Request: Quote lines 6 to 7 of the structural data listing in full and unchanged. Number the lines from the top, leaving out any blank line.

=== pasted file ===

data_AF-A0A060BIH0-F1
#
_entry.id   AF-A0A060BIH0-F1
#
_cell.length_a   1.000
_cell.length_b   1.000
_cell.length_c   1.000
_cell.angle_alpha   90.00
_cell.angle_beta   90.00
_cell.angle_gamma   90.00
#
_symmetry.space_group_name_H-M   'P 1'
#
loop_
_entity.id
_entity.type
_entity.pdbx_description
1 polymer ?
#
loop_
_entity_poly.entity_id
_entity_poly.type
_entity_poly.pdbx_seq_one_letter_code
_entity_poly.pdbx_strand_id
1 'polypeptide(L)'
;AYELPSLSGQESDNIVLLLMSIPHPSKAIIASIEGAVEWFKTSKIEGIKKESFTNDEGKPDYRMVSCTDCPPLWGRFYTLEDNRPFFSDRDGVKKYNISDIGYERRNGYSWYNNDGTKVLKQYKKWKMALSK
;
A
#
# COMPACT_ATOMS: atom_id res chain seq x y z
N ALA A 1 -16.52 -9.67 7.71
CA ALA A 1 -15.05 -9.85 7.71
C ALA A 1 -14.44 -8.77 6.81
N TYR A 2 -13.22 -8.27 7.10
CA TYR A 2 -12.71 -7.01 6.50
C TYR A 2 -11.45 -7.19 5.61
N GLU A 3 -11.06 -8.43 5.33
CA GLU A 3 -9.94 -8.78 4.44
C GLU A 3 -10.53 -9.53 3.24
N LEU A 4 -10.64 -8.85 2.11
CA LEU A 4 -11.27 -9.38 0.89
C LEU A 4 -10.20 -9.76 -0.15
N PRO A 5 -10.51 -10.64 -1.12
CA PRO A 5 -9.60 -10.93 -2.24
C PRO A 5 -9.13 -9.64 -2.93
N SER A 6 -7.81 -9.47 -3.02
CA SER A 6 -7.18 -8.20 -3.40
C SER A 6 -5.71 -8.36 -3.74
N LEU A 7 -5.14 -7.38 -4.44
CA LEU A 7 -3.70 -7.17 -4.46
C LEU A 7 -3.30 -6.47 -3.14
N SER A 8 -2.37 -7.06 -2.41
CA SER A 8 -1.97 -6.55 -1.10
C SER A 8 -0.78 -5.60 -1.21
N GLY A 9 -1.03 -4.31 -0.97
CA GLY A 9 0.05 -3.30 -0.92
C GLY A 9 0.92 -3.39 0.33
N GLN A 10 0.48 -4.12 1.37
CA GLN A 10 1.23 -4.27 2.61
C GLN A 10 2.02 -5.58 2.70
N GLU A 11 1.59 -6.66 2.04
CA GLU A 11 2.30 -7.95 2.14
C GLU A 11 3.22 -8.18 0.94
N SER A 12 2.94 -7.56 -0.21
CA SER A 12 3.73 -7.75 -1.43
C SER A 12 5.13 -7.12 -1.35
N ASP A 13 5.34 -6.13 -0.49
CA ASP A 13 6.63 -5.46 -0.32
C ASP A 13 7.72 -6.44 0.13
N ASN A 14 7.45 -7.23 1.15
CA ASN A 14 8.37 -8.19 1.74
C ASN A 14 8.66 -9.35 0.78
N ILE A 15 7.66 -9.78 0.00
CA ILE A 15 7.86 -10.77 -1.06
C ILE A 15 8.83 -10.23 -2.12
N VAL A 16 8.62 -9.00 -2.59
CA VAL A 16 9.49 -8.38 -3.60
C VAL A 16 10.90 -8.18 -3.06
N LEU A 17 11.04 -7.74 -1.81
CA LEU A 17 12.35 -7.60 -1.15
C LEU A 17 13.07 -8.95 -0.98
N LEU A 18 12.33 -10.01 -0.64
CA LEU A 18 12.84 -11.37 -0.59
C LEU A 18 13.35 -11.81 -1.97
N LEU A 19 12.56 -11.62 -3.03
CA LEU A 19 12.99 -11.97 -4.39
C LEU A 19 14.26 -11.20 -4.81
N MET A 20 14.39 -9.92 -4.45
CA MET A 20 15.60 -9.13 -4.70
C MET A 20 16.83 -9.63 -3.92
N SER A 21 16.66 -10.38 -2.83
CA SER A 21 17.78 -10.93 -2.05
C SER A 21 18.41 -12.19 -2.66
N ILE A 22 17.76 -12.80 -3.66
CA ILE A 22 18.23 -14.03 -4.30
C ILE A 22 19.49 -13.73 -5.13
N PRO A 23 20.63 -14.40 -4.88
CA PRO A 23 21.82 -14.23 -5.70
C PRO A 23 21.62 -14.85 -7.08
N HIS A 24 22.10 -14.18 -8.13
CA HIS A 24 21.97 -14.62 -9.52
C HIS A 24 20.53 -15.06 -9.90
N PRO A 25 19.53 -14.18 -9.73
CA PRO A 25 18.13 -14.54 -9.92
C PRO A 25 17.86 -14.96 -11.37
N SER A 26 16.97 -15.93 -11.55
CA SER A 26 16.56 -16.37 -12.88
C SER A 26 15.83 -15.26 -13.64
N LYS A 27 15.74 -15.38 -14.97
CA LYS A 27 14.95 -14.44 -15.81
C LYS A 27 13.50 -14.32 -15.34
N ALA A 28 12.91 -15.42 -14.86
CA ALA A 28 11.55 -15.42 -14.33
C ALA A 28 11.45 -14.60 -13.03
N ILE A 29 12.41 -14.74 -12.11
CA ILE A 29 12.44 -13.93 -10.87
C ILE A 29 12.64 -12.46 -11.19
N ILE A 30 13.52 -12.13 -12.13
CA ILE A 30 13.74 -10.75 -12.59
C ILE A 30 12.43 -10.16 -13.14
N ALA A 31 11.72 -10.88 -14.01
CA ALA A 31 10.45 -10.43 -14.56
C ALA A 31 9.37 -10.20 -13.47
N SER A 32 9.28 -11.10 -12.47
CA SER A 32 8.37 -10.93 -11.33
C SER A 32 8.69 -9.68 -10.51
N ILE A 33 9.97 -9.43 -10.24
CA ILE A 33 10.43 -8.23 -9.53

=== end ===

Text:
_cell.length_b   1.000
_cell.length_c   1.000